Friday, June 14, 2013
Prompted by what I wrote last week on this subject, Mickey’s son John (Eileen’s cousin) has some memories worth sharing. Chief amongst these, that his father was a devoted follower of Michael Collins and from time to time would literally cry about his being assassinated. This would turn into a tirade against Dev [de Valera], whom he held to be responsible, fervently praying that he should be shot.
John adds: “As kids we took no notice, knowing nothing of these matters, regarding all his mutterings as little short of rubbish. Anyway my mother had a very curt and common sense way of dismissing such things as totally irrelevant and a complete waste of time.”
Mickey’s occasional outbursts aside, John never at any time in his young life heard the civil war mentioned or opinions being expressed anywhere inside or outside of the home. Nor was it touched on at any school he attended - no more than if it had never occurred. He supposes that in the 1940’s it was too close to the events for dispassionate views to be expressed: not history yet, but rather a subject to steer clear of as memories could still be explosive. It was as if the entire nation was in denial, he says. Moreover Hitler and the world war seemed to tie up people’s thoughts in other directions.
I mentioned before how struck I was by the absence within the family of recriminations in later years. John adds that when he was young relations with his uncle Jonty were always most cordial “so fortunately the incident in the borheen was passed over with no lasting ill effects.”
Tuesday, June 11, 2013
Another cicada photo. Albert sent this one of their discarded shells in New Zealand. He says “I thought the empty shells were actually critters that could jump up at me. It was only later that I learnt that what I had been photographing were nothing more scary than empty cicada shells!” The shells’ owners were not necessarily dead. After emerging from underground the cicadas molt (shed their skins) on a nearby plant for the last time and emerge as adults. The abandoned exoskeleton remains, still clinging to the bark of trees, as here. More about their life-cycle in Wikipedia.
Monday, June 10, 2013
|Photo: Tom Wildoner|
It works this way. Cicadas are easy prey for birds and wasps. Now it turns out that predators commonly have 2-to-10-year population cycles. Imagine a cicada species with a 12-year cycle: it would be a feast for any predator with a 2-, 3-, 4-, or 6-year cycle (factors of 12).
On the other hand, Stephen J Gould reasoned in a famous essay that a cicada that emerges every 17 years and has a predator with a 5-year population cycle will only face a peak predator population once every 85 (5 x 17) years.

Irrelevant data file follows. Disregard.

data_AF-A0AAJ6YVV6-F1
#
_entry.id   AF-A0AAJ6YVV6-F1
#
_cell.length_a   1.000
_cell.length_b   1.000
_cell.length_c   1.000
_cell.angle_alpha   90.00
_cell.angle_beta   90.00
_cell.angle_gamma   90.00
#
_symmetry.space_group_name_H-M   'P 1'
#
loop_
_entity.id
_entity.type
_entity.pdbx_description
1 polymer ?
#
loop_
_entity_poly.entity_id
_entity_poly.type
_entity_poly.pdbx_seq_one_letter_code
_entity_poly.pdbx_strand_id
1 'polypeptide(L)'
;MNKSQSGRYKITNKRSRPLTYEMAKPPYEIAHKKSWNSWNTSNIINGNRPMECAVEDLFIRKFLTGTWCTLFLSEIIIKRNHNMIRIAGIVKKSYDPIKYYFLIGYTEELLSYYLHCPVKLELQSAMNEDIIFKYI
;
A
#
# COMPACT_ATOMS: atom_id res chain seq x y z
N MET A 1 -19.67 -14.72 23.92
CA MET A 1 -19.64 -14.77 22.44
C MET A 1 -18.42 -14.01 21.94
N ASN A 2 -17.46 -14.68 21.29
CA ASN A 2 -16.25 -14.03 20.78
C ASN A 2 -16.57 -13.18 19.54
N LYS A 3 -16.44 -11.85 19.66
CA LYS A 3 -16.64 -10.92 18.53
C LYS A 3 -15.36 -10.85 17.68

Advantage of prime numbers
This gives an enormous advantage to cicadas that know how to calculate prime numbers. Some biologists however claim that advanced number theory is well beyond the cicadas insect-sized brain and suggest instead that the pattern emerged as a result of Darwinian natural selection: cicadas that matured in easily divisible years were gobbled up by predators, and simply didn’t live long enough to produce as many offspring. Those who, by chance, had long, prime-numbered life spans fared best, survived longest, and left the most offspring, becoming the dominant variation of the species. It seems there are now at least fifteen distinct populations of periodical cicadas. Cicada emergence is tightly timed, with the bulk of the insects emerging within a span of a few weeks. Any cicada that tries to break the pattern is highly likely to have her offspring gobbled up.
I first became aware of this cicada prime number behaviour a few years ago through an In Our Time episode on prime numbers which I highly recommend. It included my guru Marcus du Sautoy.
In another radio programme I heard the biologist Simon Conway Morris pour cold water on cicadas and prime numbers, but he didn't elaborate his reasons.
Sunday, June 9, 2013
The English common law consists of about half a dozen obvious propositions, but unfortunately nobody knows what they are.
Why does this aphorism, which I've just stumbled on, tickle me? It's known to us through Harold Chaloner Dowdall (1868-1955), a high court judge. Whilst he didn't invent it, he was sufficiently impressed by it to record it for posterity in the following letter to The Times in 1932, relating a remark he heard many years earlier when a junior barrister.
Lord Sterndale [another high court judge] once said, “The common law consists of about half a dozen obvious propositions, but unfortunately nobody knows what they are.” He was reading a case I had looked up for him, and I did not know whether he was speaking to himself or enlightening a junior barrister in the mysteries of the law, and as his clerk immediately called him into Court the matter dropped. He was a leader at the time, and I think it was not long after he had taken silk. The observation is so witty and true that, unless it is already familiar, it deserves record; but as the number of those who knew Lord Sterndale diminishes, it would be interesting if any of your readers ever heard him make a similar observation.
The clerk immediately calling Lord Sterndale into court puts one in mind of the person from Porlock. Harold Chaloner Dowdall besides being a judge was also a regular commentator on ecclesiastical affairs, and in 1908-9 served as lord mayor of his native Liverpool.
The phrase “taken silk” referred to a barrister becoming a Senior Counsel. I know all this from the Quote Investigator, who has additional information with citations if you want it.